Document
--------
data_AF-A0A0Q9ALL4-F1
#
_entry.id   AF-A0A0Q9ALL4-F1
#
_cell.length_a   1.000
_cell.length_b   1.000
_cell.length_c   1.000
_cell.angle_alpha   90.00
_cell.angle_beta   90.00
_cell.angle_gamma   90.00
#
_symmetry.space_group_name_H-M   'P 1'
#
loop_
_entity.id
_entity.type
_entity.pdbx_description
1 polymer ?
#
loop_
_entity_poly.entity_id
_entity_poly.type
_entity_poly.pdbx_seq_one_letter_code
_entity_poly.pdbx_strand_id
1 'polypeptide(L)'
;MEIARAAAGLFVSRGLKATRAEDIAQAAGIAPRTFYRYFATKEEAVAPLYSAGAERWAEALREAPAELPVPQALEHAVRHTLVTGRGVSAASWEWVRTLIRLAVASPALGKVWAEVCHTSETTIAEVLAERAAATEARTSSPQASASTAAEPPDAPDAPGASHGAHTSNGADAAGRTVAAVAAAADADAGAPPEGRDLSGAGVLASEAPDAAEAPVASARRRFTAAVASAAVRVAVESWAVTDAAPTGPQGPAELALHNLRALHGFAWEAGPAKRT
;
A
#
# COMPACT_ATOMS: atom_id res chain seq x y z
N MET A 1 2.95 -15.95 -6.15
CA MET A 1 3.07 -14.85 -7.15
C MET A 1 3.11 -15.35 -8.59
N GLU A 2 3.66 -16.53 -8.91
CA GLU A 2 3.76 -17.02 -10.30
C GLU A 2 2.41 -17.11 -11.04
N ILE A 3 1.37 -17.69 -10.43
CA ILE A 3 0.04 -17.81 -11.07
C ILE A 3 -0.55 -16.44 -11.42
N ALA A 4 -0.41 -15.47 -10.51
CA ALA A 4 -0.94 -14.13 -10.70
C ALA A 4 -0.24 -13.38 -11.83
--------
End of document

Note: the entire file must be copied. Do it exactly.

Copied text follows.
data_AF-A0A0Q9ALL4-F1
#
_entry.id   AF-A0A0Q9ALL4-F1
#
_cell.length_a   1.000
_cell.length_b   1.000
_cell.length_c   1.000
_cell.angle_alpha   90.00
_cell.angle_beta   90.00
_cell.angle_gamma   90.00
#
_symmetry.space_group_name_H-M   'P 1'
#
loop_
_entity.id
_entity.type
_entity.pdbx_description
1 polymer ?
#
loop_
_entity_poly.entity_id
_entity_poly.type
_entity_poly.pdbx_seq_one_letter_code
_entity_poly.pdbx_strand_id
1 'polypeptide(L)'
;MEIARAAAGLFVSRGLKATRAEDIAQAAGIAPRTFYRYFATKEEAVAPLYSAGAERWAEALREAPAELPVPQALEHAVRHTLVTGRGVSAASWEWVRTLIRLAVASPALGKVWAEVCHTSETTIAEVLAERAAATEARTSSPQASASTAAEPPDAPDAPGASHGAHTSNGADAAGRTVAAVAAAADADAGAPPEGRDLSGAGVLASEAPDAAEAPVASARRRFTAAVASAAVRVAVESWAVTDAAPTGPQGPAELALHNLRALHGFAWEAGPAKRT
;
A
#
# COMPACT_ATOMS: atom_id res chain seq x y z
N MET A 1 2.95 -15.95 -6.15
CA MET A 1 3.07 -14.85 -7.15
C MET A 1 3.11 -15.35 -8.59
N GLU A 2 3.66 -16.53 -8.91
CA GLU A 2 3.76 -17.02 -10.30
C GLU A 2 2.41 -17.11 -11.04
N ILE A 3 1.37 -17.69 -10.43
CA ILE A 3 0.04 -17.81 -11.07
C ILE A 3 -0.55 -16.44 -11.42
N ALA A 4 -0.41 -15.47 -10.51
CA ALA A 4 -0.94 -14.13 -10.70
C ALA A 4 -0.24 -13.38 -11.83